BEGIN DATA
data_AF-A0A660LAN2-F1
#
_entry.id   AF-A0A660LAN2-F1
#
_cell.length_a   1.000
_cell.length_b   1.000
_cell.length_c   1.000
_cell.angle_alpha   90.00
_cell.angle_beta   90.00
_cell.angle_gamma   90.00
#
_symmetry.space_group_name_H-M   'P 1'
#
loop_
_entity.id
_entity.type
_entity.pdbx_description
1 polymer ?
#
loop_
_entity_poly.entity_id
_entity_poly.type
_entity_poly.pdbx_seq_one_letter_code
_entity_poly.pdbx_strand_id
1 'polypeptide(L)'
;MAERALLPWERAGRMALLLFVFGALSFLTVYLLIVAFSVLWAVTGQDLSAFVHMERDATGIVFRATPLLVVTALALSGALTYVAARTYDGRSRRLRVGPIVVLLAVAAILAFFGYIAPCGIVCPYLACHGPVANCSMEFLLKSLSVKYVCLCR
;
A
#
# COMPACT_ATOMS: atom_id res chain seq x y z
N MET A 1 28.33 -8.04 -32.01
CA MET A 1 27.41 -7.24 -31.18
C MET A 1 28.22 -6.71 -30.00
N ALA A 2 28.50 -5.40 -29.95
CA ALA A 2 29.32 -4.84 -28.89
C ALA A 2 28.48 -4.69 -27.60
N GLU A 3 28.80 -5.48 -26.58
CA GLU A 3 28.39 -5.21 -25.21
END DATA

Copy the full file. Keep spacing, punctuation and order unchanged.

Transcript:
data_AF-A0A660LAN2-F1
#
_entry.id   AF-A0A660LAN2-F1
#
_cell.length_a   1.000
_cell.length_b   1.000
_cell.length_c   1.000
_cell.angle_alpha   90.00
_cell.angle_beta   90.00
_cell.angle_gamma   90.00
#
_symmetry.space_group_name_H-M   'P 1'
#
loop_
_entity.id
_entity.type
_entity.pdbx_description
1 polymer ?
#
loop_
_entity_poly.entity_id
_entity_poly.type
_entity_poly.pdbx_seq_one_letter_code
_entity_poly.pdbx_strand_id
1 'polypeptide(L)'
;MAERALLPWERAGRMALLLFVFGALSFLTVYLLIVAFSVLWAVTGQDLSAFVHMERDATGIVFRATPLLVVTALALSGALTYVAARTYDGRSRRLRVGPIVVLLAVAAILAFFGYIAPCGIVCPYLACHGPVANCSMEFLLKSLSVKYVCLCR
;
A
#
# COMPACT_ATOMS: atom_id res chain seq x y z
N MET A 1 28.33 -8.04 -32.01
CA MET A 1 27.41 -7.24 -31.18
C MET A 1 28.22 -6.71 -30.00
N ALA A 2 28.50 -5.40 -29.95
CA ALA A 2 29.32 -4.84 -28.89
C ALA A 2 28.48 -4.69 -27.60
N GLU A 3 28.80 -5.48 -26.58
CA GLU A 3 28.39 -5.21 -25.21